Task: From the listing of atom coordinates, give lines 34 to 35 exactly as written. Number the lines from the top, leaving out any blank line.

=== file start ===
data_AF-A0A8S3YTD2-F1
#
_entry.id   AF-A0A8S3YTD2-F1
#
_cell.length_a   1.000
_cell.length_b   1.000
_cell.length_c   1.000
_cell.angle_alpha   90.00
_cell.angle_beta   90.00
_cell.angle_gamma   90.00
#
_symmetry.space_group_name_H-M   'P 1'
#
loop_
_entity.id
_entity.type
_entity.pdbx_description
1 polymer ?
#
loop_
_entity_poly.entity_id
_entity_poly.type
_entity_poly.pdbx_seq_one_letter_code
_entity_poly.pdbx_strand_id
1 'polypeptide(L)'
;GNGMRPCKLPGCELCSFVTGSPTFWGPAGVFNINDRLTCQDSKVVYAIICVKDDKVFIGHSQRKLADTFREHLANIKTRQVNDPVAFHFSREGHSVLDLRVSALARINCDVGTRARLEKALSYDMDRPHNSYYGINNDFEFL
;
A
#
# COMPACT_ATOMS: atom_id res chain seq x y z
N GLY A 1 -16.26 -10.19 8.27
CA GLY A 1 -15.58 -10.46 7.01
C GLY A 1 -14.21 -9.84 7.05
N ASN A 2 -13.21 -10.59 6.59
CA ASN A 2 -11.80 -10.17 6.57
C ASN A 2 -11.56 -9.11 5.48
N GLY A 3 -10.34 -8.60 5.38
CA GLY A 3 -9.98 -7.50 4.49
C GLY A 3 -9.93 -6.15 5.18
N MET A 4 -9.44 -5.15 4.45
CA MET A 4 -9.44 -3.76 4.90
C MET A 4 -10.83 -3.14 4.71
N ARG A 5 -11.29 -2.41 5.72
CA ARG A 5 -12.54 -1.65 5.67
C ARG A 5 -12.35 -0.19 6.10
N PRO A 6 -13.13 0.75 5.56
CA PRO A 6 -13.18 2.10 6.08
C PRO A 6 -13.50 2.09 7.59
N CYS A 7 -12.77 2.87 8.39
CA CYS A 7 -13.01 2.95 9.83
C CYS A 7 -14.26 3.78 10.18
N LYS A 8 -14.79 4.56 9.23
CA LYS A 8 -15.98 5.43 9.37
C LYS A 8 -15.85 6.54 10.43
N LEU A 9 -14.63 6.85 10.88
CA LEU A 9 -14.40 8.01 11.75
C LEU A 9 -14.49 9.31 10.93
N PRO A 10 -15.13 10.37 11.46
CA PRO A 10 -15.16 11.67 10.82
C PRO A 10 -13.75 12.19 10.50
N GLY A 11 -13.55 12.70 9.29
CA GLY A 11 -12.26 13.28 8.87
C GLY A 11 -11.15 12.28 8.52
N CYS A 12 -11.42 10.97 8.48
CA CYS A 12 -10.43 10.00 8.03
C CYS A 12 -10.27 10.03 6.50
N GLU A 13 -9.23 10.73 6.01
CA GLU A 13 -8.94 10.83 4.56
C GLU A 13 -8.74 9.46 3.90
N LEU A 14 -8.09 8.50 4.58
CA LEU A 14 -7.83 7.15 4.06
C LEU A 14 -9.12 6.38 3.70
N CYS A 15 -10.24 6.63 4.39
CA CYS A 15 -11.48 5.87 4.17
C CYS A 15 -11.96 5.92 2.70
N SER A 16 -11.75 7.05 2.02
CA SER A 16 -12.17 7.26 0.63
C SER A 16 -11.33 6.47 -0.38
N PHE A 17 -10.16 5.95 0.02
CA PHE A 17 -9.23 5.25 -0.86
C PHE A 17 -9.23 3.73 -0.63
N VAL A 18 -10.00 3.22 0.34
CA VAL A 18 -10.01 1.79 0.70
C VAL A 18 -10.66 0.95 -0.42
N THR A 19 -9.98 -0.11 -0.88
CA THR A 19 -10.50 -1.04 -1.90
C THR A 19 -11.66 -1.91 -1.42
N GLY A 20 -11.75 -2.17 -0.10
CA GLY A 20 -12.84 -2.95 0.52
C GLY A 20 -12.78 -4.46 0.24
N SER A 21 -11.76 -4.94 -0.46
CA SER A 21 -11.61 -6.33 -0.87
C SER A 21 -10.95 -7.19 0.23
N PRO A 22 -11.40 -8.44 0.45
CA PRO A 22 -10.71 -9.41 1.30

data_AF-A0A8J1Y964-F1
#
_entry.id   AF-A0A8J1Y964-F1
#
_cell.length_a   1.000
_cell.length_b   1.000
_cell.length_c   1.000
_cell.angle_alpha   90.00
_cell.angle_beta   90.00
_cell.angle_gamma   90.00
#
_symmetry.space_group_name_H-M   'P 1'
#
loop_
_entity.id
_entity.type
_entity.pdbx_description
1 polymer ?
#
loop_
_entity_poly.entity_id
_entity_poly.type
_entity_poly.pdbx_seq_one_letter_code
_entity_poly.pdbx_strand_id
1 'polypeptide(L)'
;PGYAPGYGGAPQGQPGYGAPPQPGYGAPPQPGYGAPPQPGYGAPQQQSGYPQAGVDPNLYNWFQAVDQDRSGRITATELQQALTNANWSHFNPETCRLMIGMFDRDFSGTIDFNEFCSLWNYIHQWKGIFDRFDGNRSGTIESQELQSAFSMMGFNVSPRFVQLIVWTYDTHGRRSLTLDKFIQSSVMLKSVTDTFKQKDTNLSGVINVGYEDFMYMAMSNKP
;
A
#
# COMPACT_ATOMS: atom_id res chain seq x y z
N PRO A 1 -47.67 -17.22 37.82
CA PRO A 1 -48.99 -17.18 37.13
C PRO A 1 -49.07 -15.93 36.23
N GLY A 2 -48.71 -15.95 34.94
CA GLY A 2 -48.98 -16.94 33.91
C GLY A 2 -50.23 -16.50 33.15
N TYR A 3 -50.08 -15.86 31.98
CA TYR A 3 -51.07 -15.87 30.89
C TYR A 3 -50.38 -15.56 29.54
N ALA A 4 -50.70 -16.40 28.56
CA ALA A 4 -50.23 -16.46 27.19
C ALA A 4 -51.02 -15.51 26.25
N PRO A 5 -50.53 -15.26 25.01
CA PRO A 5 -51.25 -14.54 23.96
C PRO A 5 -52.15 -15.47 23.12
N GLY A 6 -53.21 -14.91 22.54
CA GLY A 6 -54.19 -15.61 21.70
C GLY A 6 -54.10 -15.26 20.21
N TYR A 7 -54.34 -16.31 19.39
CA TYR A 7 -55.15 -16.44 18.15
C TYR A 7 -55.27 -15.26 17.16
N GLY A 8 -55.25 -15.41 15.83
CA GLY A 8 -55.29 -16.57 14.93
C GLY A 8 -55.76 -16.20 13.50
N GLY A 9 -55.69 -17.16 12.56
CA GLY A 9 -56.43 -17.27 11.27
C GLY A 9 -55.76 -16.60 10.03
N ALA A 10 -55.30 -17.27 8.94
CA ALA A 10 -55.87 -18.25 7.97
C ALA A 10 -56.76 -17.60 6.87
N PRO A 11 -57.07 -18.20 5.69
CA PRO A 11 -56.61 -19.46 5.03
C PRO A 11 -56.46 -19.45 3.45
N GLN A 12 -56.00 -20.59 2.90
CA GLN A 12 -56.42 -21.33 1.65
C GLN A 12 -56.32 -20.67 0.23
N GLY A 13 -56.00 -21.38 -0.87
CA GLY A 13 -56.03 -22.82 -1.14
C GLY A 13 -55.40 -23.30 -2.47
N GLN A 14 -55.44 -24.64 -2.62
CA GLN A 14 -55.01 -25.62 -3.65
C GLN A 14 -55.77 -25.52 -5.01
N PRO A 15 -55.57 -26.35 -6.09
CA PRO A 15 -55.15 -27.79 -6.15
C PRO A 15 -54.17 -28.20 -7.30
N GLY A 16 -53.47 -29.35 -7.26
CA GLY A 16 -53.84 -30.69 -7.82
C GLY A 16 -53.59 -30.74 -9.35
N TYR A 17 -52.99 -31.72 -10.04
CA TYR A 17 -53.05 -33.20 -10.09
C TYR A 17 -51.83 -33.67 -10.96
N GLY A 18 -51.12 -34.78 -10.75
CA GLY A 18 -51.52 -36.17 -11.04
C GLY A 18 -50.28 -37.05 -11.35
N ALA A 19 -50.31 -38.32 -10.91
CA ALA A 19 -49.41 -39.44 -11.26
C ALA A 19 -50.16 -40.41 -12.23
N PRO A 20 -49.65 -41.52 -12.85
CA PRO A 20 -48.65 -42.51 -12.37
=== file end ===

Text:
N ASN A 2 -13.21 -10.59 6.59
CA ASN A 2 -11.80 -10.17 6.57